Transformation from the darkness to the light can come about through a deep experiential understanding of our turbulent emotions. When we take the time to investigate our emotional body in an open and honest way we can explore the underlying psychological source of our feelings. This is not an exercise in analysis but an exercise in experiencing the felt sensation of our emotions in our body, specifically at the heart centre.
Meditation is an effective technique which allows us to relax and increases our ability to concentrate and focus. With focus we can explore the sensations felt in the body without attaching a story or judgement to them. This allows us to defuse the obsessive nature of the thinking that we habitually attach to our feelings. By remaining the conscious witness of our emotions, we can allow our feelings to flow through us without holding on to self-destructive addictive states of mind.
Meditating on our deep emotions in an honest and kind way gives us the possibility of releasing toxic feelings and to transform them. In turn, we can free ourselves of the emotional baggage that can drag us down. Attaching ourselves to past wounds only prevents us from being truly present which is the only place where we can experience love and fulfillment.
The full moon in Scorpio is the perfect time to sit in deep meditation and release ourselves from any poisonous thoughts hindering our reconnection to others with love so that we can return to a place of peace and emotional wellbeing.
“When you become good at the art of letting sufferings go, then you'll come to realize what you were dragging around with you. And for that, no one else other than you was responsible.” - Bhagwan Shree Rajneesh
The sun is currently travelling through Taurus, the stable, patient, practical and hard-working bull. This is a welcome slowing down from dynamic Aries and brings more steadiness to our daily lives. Taurean energy is what’s needed when we need some stability in our lives and it supports us to get in touch with the parts of ourselves that enjoy things to be practical, plentiful and pleasurable.
For our asana practice this translates as cultivating empowerment by pressing into the earth and opening our hearts. We are asked to channel the qualities of the slow and steady bull, finding our grounding and alignment and slowly, steadily building our postures with patience, love and authenticity. Taurus helps us to find contentment and ease in our practice.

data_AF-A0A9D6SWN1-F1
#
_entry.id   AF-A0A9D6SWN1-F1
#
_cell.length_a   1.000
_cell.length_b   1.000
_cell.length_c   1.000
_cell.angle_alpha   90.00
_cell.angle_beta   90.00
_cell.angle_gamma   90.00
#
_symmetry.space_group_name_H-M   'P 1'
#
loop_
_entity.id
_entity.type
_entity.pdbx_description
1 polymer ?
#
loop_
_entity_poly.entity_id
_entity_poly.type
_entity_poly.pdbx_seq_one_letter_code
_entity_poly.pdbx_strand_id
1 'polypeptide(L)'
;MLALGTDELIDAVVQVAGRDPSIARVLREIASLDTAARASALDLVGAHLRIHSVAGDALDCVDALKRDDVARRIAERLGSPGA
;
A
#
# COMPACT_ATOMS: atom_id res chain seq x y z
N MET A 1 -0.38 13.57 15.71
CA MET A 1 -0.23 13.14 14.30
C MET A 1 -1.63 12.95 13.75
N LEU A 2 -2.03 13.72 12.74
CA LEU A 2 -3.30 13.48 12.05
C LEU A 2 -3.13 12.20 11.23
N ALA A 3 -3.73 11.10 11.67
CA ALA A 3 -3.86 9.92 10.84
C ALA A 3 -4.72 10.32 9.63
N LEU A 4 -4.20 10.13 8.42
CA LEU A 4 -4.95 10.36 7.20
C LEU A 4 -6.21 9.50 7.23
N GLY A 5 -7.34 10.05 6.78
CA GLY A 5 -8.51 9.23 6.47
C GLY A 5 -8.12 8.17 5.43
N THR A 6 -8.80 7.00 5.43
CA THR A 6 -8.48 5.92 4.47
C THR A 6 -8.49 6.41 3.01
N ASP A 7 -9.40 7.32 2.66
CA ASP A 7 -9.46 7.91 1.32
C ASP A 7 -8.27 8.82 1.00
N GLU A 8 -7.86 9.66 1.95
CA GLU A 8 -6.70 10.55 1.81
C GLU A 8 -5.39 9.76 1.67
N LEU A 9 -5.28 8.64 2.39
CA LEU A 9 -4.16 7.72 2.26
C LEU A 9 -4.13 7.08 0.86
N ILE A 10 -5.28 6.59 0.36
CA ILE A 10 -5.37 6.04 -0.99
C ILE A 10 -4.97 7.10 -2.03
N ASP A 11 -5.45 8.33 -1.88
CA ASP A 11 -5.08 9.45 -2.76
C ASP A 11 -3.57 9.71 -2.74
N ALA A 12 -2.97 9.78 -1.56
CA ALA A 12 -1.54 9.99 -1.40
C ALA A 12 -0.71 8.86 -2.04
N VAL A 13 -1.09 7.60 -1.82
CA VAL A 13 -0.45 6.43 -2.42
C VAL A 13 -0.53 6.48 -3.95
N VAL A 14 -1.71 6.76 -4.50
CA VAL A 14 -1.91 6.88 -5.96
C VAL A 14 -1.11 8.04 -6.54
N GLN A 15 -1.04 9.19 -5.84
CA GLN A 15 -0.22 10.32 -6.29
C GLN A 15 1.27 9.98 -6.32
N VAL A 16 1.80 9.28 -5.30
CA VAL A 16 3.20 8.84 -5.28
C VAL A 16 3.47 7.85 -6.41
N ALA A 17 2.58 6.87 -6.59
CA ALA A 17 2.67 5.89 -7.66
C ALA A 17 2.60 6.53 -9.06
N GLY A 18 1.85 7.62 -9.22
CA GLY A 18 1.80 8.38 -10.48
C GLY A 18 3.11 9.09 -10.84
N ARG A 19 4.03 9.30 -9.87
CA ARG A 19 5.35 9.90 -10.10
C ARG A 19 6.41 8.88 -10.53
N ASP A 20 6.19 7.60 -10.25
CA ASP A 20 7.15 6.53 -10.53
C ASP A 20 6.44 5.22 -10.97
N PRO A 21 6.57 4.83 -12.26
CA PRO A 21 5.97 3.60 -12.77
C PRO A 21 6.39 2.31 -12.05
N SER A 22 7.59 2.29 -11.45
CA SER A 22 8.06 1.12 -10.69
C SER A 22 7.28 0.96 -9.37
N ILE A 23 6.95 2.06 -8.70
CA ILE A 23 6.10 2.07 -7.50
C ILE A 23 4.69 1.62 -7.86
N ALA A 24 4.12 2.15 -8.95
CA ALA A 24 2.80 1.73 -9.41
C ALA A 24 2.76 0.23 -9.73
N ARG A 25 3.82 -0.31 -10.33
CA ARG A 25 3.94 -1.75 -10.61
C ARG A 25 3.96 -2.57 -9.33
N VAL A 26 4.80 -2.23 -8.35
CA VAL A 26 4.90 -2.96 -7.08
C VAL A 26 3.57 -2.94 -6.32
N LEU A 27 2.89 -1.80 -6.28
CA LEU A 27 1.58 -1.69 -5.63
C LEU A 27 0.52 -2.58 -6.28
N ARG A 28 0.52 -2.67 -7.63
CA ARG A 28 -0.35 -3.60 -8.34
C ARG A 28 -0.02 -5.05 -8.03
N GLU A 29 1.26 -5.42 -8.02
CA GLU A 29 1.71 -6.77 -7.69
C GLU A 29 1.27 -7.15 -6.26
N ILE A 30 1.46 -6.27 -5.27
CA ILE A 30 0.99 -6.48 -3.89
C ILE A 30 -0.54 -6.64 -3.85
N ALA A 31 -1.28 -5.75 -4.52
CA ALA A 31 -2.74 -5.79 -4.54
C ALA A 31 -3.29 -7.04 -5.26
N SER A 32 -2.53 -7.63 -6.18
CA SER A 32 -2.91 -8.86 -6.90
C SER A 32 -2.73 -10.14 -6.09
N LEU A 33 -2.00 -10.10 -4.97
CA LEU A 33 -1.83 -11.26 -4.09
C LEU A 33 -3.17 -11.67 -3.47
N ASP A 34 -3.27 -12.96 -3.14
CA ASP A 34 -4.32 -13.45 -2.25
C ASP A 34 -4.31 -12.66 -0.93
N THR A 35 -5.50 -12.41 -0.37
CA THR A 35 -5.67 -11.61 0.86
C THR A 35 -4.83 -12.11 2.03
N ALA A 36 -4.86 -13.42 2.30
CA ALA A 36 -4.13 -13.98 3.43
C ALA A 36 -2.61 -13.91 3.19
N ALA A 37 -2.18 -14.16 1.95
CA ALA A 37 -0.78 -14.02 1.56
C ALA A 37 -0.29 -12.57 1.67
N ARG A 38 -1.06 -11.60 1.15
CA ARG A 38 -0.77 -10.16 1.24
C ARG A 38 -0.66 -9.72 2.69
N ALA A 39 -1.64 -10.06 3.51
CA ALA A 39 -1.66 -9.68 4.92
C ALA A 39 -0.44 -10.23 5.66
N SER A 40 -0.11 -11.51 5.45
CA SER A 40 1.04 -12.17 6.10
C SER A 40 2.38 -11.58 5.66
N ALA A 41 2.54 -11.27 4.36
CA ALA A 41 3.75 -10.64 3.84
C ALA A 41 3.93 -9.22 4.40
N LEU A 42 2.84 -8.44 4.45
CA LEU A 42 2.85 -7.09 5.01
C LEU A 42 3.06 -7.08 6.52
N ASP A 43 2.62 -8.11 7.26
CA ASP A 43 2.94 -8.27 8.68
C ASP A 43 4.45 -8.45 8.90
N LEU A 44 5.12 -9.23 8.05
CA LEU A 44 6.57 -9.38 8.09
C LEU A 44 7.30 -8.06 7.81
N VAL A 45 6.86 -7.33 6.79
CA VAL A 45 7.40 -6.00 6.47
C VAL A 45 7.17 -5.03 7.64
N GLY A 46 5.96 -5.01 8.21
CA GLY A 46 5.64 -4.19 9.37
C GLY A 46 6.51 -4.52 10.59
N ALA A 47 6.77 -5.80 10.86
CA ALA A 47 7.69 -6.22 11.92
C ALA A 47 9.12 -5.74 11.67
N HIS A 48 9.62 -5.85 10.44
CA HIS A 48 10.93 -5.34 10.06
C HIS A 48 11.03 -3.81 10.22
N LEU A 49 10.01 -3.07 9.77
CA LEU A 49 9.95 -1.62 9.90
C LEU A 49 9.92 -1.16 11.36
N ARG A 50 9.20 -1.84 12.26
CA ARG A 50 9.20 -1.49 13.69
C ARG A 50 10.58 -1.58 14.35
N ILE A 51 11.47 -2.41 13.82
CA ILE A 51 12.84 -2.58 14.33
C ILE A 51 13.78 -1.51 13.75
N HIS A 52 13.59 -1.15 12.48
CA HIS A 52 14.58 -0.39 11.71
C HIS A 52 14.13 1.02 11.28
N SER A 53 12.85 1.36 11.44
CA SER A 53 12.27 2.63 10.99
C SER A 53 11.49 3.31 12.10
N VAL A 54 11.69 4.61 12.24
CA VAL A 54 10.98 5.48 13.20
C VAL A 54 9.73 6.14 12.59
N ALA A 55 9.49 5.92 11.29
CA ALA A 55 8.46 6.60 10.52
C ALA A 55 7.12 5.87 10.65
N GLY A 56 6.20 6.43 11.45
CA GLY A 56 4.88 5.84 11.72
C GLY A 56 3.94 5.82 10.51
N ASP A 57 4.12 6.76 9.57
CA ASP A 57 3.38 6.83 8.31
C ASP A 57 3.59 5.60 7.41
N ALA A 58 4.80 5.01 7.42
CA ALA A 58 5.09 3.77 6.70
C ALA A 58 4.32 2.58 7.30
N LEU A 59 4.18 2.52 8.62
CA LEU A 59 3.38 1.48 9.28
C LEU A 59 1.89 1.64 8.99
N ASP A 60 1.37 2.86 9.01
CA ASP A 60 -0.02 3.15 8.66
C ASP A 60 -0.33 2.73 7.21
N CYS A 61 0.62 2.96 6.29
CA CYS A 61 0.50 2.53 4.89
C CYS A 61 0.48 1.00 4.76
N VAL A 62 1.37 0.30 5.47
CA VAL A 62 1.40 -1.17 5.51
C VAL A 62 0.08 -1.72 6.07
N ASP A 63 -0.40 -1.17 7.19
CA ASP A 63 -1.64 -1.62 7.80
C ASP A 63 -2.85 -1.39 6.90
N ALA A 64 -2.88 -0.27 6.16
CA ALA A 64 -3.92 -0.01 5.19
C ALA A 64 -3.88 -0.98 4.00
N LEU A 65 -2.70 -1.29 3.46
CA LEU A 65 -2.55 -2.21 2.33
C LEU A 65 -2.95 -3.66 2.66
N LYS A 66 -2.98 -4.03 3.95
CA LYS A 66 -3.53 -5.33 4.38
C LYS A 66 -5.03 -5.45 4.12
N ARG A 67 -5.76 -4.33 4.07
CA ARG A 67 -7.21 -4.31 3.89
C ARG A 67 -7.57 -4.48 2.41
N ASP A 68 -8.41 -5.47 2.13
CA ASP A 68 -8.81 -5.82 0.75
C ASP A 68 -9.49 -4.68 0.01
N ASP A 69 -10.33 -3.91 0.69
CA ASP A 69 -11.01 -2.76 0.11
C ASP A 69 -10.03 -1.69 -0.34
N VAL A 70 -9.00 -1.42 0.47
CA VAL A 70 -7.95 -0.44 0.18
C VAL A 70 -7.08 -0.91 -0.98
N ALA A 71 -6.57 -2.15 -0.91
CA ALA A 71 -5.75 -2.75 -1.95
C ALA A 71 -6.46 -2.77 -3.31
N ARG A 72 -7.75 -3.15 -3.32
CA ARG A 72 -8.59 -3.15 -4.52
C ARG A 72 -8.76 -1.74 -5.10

Taurus rules the throat in the body so it calls on us to focus our energies at the visuddha chakra to create spaciousness around the throat and neck, through which profound spiritual truths can flow. Vishuddha (throat chakra) governs self-expression and our ability to communicate effectively. When the throat chakra is balanced we are confident and able to express ourselves to others clearly and effectively.
One of the easiest ways to balance visuddha is by chanting, the seed mantra for this energy centre is ‘hum’. Some of the most widely used Yoga asanas that activate visuddha are Matsyasana (fish), Makarasana (crocodile), Ashtangasana (eight-limbed pose), Salamba Sarvangasana (shoulderstand), Simhasana (lion’s pose), Sasangasana (rabbit), and Halasana (Plow).
Visuddha is the energy vortex that harmonizes our ability to express ourselves and communicate with others. It is the chakra of musicians, artists, writers, poets, or any artist who uses sound and vibration as their medium. When visuddha is open we connect to our imagination and flow through the river of creativity with ease.
The most important lesson to take away from visuddha is learning to express ourselves freely and authentically.
“Our body is an instrument played by divine breath. It is our job to keep the instrument well tuned and to listen to the voice of truth moving through us” - Anodea Judith
As the Sun travels through the warrior Aries it is pushing us to be more assertive and to get things done. Our impulses now may lead us to start new projects, to shrug off negative self-talk and to go for gold. Aries is energetic, competitive and motivated. We can use this energy to bring us closer to our aspirations and goals. This is an excellent time to begin new and bold projects. The challenge is to stay disciplined, to persevere and to stay on course keeping our higher purpose in sight.
An effective way to cultivate the confidence and courage needed to action new and challenging projects is to embody vira rasa in our asana practice. Vira in sanskrit means hero and rasa is the essence of human emotion. Vira energy stimulates our inner fire, concentration and potential, it allows us to explore our inner power and dignity.